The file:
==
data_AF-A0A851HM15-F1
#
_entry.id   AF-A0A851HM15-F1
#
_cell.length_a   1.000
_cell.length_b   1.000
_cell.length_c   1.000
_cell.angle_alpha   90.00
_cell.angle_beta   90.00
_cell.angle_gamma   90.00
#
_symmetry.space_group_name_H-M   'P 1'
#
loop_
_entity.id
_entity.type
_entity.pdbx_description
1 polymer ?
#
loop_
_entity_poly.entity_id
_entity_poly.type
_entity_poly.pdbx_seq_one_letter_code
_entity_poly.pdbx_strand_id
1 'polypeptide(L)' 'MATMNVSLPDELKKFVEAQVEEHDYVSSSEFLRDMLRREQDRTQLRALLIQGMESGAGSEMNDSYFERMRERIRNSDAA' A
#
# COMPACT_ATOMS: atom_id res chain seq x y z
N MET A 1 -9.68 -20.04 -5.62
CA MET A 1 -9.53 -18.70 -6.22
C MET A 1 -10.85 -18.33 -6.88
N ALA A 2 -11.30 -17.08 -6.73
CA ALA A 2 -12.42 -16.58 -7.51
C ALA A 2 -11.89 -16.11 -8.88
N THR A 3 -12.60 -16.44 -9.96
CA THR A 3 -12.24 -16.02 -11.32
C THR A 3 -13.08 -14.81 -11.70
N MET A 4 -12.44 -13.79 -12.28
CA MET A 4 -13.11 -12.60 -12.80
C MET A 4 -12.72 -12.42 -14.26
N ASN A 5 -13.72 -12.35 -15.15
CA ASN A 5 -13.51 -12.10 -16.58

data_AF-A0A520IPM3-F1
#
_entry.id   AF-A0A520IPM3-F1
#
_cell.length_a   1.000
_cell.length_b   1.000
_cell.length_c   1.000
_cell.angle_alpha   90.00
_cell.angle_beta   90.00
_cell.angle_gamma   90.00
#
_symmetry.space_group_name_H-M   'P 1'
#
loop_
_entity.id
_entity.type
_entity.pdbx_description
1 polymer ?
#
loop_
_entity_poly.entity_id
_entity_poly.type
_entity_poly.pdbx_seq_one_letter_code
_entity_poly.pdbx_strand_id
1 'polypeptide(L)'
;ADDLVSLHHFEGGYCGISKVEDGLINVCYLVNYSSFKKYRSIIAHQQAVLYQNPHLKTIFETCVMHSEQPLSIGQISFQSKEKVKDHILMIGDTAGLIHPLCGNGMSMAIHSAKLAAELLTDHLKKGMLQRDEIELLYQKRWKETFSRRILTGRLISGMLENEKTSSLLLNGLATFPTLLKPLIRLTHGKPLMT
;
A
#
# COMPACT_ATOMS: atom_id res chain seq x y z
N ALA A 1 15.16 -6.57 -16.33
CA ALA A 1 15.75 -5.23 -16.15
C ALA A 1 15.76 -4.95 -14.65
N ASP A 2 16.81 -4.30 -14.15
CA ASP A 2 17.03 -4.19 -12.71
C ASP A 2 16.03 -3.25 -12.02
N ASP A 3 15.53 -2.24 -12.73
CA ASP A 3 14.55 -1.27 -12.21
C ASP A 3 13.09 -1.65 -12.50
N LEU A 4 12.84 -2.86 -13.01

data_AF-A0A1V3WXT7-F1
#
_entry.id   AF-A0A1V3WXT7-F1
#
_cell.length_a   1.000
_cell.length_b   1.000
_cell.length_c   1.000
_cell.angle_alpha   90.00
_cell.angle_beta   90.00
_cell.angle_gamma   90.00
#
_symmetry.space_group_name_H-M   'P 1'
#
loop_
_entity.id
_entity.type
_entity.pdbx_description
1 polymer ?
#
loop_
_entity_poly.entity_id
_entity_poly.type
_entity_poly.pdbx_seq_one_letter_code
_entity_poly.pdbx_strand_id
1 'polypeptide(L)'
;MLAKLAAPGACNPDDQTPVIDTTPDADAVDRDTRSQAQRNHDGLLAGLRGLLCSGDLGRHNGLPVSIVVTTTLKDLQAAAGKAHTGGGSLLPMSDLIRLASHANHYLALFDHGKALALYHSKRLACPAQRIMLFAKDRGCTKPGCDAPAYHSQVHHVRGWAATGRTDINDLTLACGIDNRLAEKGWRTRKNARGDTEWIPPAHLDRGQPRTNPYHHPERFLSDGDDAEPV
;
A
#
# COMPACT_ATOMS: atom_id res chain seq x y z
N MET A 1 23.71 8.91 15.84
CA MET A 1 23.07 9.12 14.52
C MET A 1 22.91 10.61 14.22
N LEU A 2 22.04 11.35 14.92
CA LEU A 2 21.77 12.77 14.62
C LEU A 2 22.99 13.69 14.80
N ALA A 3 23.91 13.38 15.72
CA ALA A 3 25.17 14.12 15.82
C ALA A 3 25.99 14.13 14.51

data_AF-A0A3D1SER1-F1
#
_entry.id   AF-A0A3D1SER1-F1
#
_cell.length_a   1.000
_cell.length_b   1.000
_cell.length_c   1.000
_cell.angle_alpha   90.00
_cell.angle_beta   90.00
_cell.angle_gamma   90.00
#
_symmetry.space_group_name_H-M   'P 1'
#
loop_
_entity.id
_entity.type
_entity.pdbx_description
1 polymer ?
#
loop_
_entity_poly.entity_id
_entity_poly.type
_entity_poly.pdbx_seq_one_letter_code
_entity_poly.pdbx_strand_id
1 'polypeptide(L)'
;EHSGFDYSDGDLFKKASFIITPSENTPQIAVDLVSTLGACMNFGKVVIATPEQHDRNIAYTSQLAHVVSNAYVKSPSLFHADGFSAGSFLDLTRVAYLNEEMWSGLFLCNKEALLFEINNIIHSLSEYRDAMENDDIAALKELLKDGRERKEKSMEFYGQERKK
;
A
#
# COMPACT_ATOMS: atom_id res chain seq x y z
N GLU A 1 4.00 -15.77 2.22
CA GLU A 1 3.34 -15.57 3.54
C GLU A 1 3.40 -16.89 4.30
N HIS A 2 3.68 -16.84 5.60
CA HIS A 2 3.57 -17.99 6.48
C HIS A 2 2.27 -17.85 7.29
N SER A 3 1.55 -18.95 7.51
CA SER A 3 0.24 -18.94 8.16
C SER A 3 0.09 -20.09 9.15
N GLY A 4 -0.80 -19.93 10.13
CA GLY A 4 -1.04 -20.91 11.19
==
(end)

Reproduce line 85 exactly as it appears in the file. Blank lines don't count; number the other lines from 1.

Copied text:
#